6. The Walker balls, of which only 2 were tested, showed remarkably good identity although both were marginally overmass. The grooves do not appear to have been machined, but rather moulded. Release from the mould has been obtained by using an even shallower groove wall angle than Jaques, some 50° to the vertical giving 100° to the whole groove instead of the Jaques 60°. This release from the mould would also be facilitated by the shallowness of the groove, some 0.2mm deep as compared to Jaques 1.1mm.
  7. Using a value of a for steel (mould) of 1.139 x 10-5/° C and of 7 to 10 x 10-5/°C for nylon (66) therefore b for steel volume = 3.417 x 10-5/° C and b for nylon volume ±25.5 x 10-5/°C. Cooling nylon from 200° to 25°C would give a differential shrinkage of 1.3mm on diameter between mould and ball, sufficient to release the Walker ball shallow grooves easily.
  8. The epoxy or polyester resin based compound of the Barlow balls gives with fillers, a value for a as low as 18 x 10-6/° C which is substantially less than the expansion coefficient for nylon, and should therefore result in a product closely following the dimensions of a steel mould, or precisely following the polyester mould used. In this regard it is interesting to note that the Jaques Balls showed a variation in new size from 90.2mm for the smallest (red) ball to 92.6mm for the largest (pink) ball, a variation of 1.4.nm, whereas the Barlow balls exhibit a variation of only 0.35mm on diameter from largest to smallest.
  9. The Barlow balls exhibit much better constancy in mass than 'the Jaques balls, varying by a maximum of +22.0 and +6.2 or 15.8 grams as against the untenably large variation of the Jaques from -49.9gm to +32.8gm, a total of 82.7 gram. It is obvious that the low value for b is also important for mass constancy.
  10. What is apparent is that the specification is too tight for the Jaques bipartite method of manufacture without extreme care being taken in the process of manufacture, and if players were to demand specification balls it would be very costly considering that none of the brand new Jaques balls nor the two older ones passed specification for both mass and size. Bounce is dealt with in a separate report.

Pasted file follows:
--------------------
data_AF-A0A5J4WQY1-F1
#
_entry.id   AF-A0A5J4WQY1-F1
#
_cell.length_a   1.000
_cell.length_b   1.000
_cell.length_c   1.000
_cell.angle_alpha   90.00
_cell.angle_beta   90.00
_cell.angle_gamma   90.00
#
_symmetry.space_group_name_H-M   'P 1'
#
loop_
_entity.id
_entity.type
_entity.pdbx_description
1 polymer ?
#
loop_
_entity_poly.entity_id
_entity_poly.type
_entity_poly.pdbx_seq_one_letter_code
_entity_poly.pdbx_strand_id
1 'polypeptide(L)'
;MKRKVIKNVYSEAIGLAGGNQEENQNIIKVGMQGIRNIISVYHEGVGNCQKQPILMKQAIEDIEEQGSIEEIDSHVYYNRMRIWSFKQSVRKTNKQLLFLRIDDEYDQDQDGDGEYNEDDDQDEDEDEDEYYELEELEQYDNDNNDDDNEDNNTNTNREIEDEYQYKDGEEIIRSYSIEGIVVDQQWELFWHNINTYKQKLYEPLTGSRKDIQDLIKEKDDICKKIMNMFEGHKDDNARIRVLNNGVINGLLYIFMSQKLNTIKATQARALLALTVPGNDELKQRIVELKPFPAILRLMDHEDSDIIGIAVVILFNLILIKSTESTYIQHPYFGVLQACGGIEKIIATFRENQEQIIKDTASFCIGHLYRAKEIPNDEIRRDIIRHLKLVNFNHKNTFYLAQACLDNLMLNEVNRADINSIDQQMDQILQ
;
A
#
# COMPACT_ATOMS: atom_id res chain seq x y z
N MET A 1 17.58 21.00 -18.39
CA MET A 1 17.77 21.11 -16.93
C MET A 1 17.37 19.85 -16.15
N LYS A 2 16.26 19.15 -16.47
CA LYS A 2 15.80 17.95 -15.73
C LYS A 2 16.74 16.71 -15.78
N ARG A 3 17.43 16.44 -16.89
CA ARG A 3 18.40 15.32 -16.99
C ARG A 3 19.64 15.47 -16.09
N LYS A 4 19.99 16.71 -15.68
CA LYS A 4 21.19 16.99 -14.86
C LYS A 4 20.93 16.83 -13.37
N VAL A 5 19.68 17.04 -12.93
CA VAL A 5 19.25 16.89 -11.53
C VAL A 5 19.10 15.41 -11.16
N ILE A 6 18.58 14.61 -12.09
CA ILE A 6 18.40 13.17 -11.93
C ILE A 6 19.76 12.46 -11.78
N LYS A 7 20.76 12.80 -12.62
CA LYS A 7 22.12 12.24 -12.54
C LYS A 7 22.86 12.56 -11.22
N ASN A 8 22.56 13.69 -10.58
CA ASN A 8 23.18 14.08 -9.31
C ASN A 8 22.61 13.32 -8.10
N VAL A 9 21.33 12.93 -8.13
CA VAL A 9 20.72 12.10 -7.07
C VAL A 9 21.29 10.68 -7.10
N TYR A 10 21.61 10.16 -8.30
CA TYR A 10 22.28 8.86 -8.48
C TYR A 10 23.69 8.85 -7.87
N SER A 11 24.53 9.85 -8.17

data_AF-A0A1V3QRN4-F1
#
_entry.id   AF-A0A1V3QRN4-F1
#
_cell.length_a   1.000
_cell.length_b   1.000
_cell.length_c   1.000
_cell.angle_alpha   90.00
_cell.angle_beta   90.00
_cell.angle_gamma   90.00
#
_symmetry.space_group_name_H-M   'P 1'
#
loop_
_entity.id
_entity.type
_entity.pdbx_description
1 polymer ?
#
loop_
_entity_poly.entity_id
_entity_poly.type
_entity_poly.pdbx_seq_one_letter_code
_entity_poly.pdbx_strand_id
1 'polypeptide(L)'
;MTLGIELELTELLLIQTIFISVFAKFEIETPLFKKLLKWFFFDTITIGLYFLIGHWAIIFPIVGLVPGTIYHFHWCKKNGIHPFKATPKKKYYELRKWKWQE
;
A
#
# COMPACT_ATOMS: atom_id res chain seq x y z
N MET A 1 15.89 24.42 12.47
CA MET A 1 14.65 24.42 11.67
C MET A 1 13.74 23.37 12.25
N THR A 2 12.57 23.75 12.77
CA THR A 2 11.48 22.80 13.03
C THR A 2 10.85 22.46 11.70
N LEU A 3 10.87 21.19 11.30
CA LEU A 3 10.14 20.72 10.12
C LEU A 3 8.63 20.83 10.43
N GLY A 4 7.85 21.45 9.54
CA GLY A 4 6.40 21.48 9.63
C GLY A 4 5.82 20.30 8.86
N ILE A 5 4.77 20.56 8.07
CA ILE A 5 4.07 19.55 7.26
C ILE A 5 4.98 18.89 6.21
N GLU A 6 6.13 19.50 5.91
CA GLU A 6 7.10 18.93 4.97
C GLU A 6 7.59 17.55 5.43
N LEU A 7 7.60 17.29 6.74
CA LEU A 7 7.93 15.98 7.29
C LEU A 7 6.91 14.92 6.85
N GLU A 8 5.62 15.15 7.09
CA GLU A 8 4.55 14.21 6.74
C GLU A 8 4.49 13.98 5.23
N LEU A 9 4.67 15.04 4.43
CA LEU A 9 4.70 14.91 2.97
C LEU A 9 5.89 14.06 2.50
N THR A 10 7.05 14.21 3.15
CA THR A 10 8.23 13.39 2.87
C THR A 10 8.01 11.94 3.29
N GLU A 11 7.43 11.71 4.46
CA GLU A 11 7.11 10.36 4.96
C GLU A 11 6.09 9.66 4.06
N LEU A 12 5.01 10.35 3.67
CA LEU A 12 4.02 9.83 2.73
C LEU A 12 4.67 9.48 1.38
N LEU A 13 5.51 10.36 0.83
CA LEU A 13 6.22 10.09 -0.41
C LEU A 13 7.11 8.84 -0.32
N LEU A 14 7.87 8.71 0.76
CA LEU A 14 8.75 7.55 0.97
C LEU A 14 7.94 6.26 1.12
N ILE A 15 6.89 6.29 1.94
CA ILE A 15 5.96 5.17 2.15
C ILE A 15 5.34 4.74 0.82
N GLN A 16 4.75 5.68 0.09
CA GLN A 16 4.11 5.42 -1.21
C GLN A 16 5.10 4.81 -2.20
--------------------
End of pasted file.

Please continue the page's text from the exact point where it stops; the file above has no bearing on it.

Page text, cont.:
11. The Barlow balls are irregularly and unevenly milled in comparison with either Jaques or Walker balls. Several points arise here. Firstly the balls need more accurate milling from the point of depth and evenness.

     A jig for perfect tool/ball centralising or a contoured cutter or both.

    Secondly, the number of grooves varied from a low of 68 to a high of 87 between balls, as compared with the exact 100 of both Jaques and Walker. Depth averaged 0.4mm, but ranged from 0.2 to 0.5mm.

    Thirdly, the slight overmass of the Barlow balls could be adequately reduced to the specified limits with the milling of angled, more frequent grooves. The present overmass average above maximum limit is only 8.09gm, easily removed in the improved milling envisaged. See Article 2.

    Lastly the grooves should have round edged crowns and radiused bases, to prevent surface micro-fracture evident on some of the balls now in use. This will prevent stress concentration. 

  12. Consideration should be given to the cooling of the Barlow mould. At a thickness of 100mm sufficient heat may be generated by the component reaction to cause temperatures in excess of 150°C to be reached in the mould centre, detrimental to physical properties. Best results are obtained if a temperature of ± 150°C can be attained and maintained, followed by slow cooling, say in boiling water allowed to cool.